With 80% of Americans wanting most Congressional representatives to be defeated, and the two major parties attracting little more than half of all of registered voters combined, there are likely to be enough discontented voters in most Congressional districts to oust their incumbents — provided they have a mechanism for putting House candidates on the ballot that elicit the votes of a plurality of voters. (U.S. election laws permit candidates to be elected without a majority of all votes cast; they just need to get more votes than any other candidate, referred to as a "plurality").

This mechanism is provided by the web application described in Part II, the Interactive Voter Choice System (IVCS), which enables voters to take advantage of the large scale collective action power of the Internet to win Congressional elections in the electoral districts where they live. The efforts of voters to use the Internet and the application to oust incumbents will be furthered by the fact that incumbent Democrats and Republicans in Congress are often elected to the U.S. House of Representatives with less than 100,000 votes in non-presidential election years. (Each district comprises a total population of approximately 600,000.)

Moreover, while many state election laws are designed to thwart candidacies not backed by the major parties, the rules governing primary elections for the U.S. House of Representatives require the signatures of only a small percentage of registered voters to put a candidate on the ballot on an existing political party’s line. While the rules vary widely among the 50 states, it is only 5% in states like New York State.

In a hypothetical New York State Congressional election district with 300,000 registered voters, of whom 150,000 are Democrats and 150,000 are Republicans, all that the 80% of dissatisfied voters have to do, in order to put a candidate on the primary ballot of either party, is to collect valid signatures from 7500 registered voters in that primary.

Not only are the signatures of only a fraction of registered voters required to put a candidate on an existing party’s ballot line, but there is no minimum number of party voters required to actually vote for the candidate to get him/her elected in the party’s primary election. Moreover, only a small minority of a party’s registered voters actually turn out to vote in primary elections and this minority actually determines the party’s general election slate of candidates.

Recent Tea Party victories in electing unknown party candidates in primary elections against establishment Republican incumbents show how easy it is to take advantage of the low number of signatures and primary voters required — especially when the candidates are backed by irate, aggrieved voters who can be mobilized to vote in larger numbers than dispirited, apathetic or over-confident mainstream voters.

These statistics and requirements show that grassroots voters do not face insurmountable obstacles to ousting incumbents in their Congressional districts in 2012 — provided they can agree on who they want to run, and can get candidates on the primary and general election ballot that can attract a plurality of votes cast. This is no small matter given the two major parties’ pre-eminence in electoral politics and the surging special interest-backed Tea Party movement, but the IVCS web application makes attaining this goal entirely feasible in most election districts that have a majority of irate mainstream voters who want to replace their representatives.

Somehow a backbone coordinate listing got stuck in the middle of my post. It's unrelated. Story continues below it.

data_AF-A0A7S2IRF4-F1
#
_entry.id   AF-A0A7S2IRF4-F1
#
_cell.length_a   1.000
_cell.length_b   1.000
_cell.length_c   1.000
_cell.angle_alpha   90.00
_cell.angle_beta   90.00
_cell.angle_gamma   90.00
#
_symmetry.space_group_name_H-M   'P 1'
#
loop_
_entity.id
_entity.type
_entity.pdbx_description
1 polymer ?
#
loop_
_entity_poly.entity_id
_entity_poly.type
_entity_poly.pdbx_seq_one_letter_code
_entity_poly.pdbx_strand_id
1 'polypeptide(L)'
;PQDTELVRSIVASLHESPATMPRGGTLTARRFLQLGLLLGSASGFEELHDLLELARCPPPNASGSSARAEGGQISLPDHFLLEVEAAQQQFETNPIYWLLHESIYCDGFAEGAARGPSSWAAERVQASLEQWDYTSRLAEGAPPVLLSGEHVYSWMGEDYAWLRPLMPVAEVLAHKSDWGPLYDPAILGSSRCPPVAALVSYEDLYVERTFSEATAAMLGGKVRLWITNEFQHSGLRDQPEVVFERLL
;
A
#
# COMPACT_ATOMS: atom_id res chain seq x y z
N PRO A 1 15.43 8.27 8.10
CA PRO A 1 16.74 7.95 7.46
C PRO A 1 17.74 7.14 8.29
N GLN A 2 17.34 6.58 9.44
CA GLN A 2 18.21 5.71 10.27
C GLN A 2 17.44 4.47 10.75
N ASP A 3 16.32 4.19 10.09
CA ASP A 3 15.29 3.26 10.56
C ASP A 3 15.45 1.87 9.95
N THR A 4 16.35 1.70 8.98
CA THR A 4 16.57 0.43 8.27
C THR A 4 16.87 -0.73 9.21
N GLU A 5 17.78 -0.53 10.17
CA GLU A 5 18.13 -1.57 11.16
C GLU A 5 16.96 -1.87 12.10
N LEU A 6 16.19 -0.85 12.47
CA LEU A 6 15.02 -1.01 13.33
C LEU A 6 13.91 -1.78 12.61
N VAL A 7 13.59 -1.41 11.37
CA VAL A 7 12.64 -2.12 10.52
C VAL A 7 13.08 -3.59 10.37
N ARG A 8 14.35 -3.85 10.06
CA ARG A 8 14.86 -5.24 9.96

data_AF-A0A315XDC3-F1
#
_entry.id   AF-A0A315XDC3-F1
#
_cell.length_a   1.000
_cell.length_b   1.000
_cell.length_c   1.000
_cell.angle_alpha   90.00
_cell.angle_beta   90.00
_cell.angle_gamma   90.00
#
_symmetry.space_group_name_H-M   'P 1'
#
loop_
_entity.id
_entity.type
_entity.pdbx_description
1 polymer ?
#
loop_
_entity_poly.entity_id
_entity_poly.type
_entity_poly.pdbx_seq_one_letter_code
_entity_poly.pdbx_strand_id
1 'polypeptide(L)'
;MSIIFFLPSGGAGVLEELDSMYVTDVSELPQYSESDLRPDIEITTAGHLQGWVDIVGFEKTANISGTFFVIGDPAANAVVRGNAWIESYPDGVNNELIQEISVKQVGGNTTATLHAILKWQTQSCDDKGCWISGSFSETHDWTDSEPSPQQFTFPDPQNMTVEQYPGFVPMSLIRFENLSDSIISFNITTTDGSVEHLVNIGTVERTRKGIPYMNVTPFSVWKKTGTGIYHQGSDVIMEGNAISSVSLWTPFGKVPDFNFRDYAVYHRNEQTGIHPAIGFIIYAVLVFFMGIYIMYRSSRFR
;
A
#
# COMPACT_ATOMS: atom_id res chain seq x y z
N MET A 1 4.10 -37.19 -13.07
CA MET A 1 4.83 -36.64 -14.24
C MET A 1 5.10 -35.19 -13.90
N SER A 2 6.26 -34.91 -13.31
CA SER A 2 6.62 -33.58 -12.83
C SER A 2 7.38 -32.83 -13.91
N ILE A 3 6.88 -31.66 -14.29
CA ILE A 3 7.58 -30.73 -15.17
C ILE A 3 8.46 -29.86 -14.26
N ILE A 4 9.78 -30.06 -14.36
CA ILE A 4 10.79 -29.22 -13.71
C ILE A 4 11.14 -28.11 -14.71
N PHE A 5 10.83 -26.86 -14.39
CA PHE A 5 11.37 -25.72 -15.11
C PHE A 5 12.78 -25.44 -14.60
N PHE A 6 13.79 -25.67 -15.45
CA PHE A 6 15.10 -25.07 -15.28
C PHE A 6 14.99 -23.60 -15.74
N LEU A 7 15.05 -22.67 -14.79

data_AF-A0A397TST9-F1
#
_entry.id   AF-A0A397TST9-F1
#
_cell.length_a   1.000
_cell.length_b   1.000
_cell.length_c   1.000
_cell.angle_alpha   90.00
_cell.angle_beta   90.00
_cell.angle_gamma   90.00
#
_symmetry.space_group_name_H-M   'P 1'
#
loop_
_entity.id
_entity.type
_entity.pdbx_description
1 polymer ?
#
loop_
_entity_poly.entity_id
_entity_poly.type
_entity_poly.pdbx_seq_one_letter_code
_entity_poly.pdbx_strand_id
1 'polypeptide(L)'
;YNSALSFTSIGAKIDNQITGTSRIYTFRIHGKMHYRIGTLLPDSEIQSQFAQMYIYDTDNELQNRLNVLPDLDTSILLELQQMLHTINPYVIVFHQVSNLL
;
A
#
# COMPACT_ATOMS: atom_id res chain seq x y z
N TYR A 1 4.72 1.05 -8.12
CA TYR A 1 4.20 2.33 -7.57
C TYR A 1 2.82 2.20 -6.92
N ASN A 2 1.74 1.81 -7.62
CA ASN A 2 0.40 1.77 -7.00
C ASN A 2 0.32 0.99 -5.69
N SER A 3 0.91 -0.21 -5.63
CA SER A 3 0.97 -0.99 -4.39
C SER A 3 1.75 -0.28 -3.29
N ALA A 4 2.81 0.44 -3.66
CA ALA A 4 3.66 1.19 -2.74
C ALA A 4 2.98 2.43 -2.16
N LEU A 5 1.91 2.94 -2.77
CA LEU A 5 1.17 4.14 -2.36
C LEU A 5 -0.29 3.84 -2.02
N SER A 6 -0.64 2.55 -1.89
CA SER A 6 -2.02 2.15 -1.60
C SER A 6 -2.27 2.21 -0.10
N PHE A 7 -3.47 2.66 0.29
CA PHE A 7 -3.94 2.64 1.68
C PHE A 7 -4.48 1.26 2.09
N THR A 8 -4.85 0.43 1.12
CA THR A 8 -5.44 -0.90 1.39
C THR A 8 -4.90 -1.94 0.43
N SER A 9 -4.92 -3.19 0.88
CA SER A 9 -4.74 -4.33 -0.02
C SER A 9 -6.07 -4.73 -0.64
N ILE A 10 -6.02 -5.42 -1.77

What has prevented the majority of dissatisfied voters in the past from running and electing insurgent candidates against those run by the two major political parties with special interest funding is that they lacked a mechanism for building voting blocs whose members can agree on a set of priorities and slates of candidates, and attract enough voters away from special interest-backed candidates to cast a plurality of votes for bloc candidates.

Third parties like the Green party and the Libertarian party, for example, have not sought to create a hybrid voting bloc, even for the tactical goal of defeating major party candidates, because they have been striving to differentiate themselves from each other and from the two major parties. (Moreover, both have been handicapped in developing substantial electoral bases by federal and state "winner-take-all" election laws that favor the two major parties.)

In contrast, the IVCS web application empowers voters, existing political parties and new parties focused on winning Congressional elections to build transpartisan voting blocs without large sums of money. IVCS enables them to bring together virtually unlimited numbers of voters across the political spectrum to set shared transpartisan policy agendas and select common slates of candidates willing to run on their agendas. With 80% of the electorate wanting to oust most Congressional representatives, the application enables these blocs to easily acquire the voting strength they need to outflank and outmaneuver existing stand-alone political parties that are running special interest-backed candidates. In fact, they can pre-empt these parties from running such candidates by building voting blocs that run winning candidates on their ballot lines in party primaries.